Surgical mistakes can be far worse. In its database going back to 1995, the Joint Commission on Accreditation of Healthcare Organizations, the accrediting body of the nation's hospitals, lists 197 operations on the wrong body site. And since reporting to the database is voluntary, the commission estimates it may catch only a half of one percent of all errors committed.

Surgical mistakes are such a problem that the commission has made eliminating surgeries on the wrong site and the wrong patient, as well as incorrect procedures performed on patients, a top safety issue.

"We are saying, 'You guys need to learn where you are vulnerable and build safety into systems,"' said Dr. Dennis O'Leary, president of the Joint Commission.

Test delayed

Joe Deocampo was left a paraplegic after eight hours passed between the time his hospital neurologist ordered a "stat"--or emergency--MRI and the time he was given one by the radiology department, according to his attorney, David Drexler.

Deocampo, who had come to Providence Saint Joseph Medical Center in Burbank for treatment of a mild heart attack, was given a blood thinner that caused pain in his back and bleeding in his spine. "The doctor was brand new to the hospital. He really assumed he would write down 'stat' and the test would get done," Drexler said.

By the time the bleeding was found, damage had been done. Deocampo reached a settlement with the hospital and won a judgment against the doctor totaling $ 5 million in a legal case that just finished up last month.

Drexler said the incident prompted Saint Joseph to alter how it operates its radiology department. A hospital spokesman declined to discuss details of the case, but said any improvements in its operations were not necessarily related to the case.

Critics of the hospital industry acknowledge there are so-called systems problems, but cite a more fundamental one: budget cuts that have left them understaffed of nurses and other critical personnel.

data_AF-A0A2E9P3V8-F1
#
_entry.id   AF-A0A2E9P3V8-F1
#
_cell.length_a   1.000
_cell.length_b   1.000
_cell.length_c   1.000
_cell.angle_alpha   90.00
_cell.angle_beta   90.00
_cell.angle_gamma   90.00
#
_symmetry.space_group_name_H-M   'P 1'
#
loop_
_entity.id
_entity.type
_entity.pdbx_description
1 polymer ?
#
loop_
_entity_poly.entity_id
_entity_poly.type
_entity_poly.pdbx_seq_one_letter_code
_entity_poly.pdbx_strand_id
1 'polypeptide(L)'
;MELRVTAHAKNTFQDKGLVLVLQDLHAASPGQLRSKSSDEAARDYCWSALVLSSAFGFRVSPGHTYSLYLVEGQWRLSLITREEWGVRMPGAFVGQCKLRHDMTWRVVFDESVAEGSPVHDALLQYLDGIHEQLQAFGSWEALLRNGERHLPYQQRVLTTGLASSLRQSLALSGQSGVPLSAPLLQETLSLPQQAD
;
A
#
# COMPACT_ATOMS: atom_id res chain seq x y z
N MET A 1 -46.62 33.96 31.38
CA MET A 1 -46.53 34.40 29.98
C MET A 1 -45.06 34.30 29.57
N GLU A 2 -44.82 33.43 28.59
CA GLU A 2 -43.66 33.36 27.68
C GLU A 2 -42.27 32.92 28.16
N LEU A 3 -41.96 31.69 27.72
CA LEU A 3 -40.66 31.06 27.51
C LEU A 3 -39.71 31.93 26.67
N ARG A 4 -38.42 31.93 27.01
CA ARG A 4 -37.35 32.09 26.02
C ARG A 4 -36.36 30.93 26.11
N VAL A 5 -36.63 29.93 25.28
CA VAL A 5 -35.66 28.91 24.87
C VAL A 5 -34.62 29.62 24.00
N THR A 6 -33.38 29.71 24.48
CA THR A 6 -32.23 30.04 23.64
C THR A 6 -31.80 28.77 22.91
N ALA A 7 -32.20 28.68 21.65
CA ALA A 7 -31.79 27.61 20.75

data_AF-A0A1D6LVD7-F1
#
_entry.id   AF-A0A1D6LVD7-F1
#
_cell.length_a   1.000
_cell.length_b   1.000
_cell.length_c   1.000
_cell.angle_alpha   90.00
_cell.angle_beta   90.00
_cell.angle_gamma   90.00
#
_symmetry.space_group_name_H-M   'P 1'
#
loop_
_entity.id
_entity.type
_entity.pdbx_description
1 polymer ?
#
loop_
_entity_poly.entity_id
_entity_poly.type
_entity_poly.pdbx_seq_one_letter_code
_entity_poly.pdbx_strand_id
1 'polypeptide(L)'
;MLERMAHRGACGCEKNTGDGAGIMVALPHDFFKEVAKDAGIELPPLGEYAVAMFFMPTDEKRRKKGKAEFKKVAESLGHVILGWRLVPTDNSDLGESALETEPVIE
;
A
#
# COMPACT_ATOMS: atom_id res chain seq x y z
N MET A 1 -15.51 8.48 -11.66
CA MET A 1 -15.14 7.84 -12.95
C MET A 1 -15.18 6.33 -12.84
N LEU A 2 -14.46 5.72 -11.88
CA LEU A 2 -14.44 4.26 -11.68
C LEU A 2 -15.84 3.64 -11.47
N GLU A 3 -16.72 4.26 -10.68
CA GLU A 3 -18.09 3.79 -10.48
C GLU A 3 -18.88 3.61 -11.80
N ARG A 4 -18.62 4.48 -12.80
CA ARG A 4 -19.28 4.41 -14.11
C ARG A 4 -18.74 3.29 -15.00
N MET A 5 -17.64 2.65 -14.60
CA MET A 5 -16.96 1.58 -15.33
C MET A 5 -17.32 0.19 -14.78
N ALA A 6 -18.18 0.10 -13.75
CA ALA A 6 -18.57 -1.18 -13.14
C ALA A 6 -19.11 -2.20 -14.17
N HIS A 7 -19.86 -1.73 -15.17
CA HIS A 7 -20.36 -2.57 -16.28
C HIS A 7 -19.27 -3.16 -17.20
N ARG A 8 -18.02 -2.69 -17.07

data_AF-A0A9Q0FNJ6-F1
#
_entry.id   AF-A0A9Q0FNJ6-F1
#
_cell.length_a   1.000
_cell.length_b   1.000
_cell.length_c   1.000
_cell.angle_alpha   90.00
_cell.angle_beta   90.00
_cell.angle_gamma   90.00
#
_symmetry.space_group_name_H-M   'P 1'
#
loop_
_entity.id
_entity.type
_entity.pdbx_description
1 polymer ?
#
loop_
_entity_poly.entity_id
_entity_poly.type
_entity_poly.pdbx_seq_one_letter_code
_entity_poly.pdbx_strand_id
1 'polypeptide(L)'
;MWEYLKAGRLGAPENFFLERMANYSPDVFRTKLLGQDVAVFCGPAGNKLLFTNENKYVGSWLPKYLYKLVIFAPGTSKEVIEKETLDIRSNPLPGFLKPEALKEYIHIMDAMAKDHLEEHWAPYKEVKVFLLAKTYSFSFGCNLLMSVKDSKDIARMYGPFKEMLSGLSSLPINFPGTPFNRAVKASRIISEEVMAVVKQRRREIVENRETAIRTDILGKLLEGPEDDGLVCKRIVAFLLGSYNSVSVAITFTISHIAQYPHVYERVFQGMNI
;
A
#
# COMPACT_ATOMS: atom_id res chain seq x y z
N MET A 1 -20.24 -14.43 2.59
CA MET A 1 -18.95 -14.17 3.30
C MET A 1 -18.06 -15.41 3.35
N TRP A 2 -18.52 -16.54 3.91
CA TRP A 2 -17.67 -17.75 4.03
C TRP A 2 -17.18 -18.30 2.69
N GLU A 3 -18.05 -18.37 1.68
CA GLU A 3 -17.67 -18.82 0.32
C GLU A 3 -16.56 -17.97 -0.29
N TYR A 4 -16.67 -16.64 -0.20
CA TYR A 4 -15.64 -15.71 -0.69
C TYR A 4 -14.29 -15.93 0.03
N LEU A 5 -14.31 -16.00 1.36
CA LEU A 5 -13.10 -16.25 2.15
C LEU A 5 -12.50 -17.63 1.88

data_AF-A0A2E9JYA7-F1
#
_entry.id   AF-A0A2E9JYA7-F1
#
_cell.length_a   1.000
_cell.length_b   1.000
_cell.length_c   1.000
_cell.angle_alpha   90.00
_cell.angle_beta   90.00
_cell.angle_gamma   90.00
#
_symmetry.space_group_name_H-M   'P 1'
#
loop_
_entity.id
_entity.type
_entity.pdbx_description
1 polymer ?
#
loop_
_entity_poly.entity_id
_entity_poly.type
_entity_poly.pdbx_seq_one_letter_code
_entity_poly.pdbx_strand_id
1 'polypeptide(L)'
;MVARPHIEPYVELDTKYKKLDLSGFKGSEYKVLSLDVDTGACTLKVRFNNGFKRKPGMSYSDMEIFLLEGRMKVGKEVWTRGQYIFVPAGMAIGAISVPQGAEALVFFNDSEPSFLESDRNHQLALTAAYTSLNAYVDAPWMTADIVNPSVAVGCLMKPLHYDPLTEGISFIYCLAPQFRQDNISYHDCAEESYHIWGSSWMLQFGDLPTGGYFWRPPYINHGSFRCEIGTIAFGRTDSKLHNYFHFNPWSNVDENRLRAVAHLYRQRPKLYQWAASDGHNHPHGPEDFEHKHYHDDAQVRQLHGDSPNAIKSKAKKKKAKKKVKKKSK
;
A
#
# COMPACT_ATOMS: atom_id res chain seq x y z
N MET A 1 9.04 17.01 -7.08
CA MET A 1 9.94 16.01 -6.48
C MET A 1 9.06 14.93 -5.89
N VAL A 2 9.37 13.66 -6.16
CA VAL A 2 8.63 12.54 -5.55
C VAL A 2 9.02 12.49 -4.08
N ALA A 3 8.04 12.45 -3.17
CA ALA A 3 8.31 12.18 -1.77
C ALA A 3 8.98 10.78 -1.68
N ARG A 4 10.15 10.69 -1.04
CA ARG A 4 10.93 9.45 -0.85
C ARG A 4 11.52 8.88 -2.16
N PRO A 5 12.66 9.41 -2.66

"Hospitals have become increasingly dangerous, because they are operating on shorter shoestrings with fewer personnel," said consumer health advocate Jaime Court of the Foundation for Taxpayer and Consumer Rights. "It's like a conveyor belt and when you speed it up people are going to get hurt."

The California Healthcare Association, the state's trade group, acknowledges that hospitals cut their staffs starting a decade ago in an effort to stem losses caused by decreased reimbursements, but since then have tried hard to beef up.

"Hospitals have come to a true understanding that clinical staffing is critical for health care systems," said Jan Emerson, the association vice president of external affairs.

Overworked nurses

Studies have shown that medication errors by harried nurses are a leading cause of medical mistakes, and an investigation by the Chicago Tribune two years ago found at least 1,720 hospital patients have died and 9,584 were injured by nurse errors nationwide since 1995.

One Los Angeles nurse said that patient safety conditions at her hospital are the worst she has seen them in her 31 years on the job. "The nurses are so overworked we cannot get to the patients in time," said the nurse, who asked she and her hospital not be identified.

The nurse works in the critical care unit of a community hospital and said medication errors are a particular problem, exacerbated by the decision to pull an on-site pharmacist from her floor.

One nurse at the hospital gave a patient who had just come out of surgery a fatal overdose of pain medication because she did not know how to work the machine that pumped the medication directly into the spinal area. "There was a total lack of education and, of course, who was to blame? The nurse," she said.

The hospital industry readily admits it has problems.

"We are humans and humans make errors," said Emerson. "But since the (Institute's) report has come out it has truly been a wake-up call and hospitals are doing all kinds of different things to solve these problems."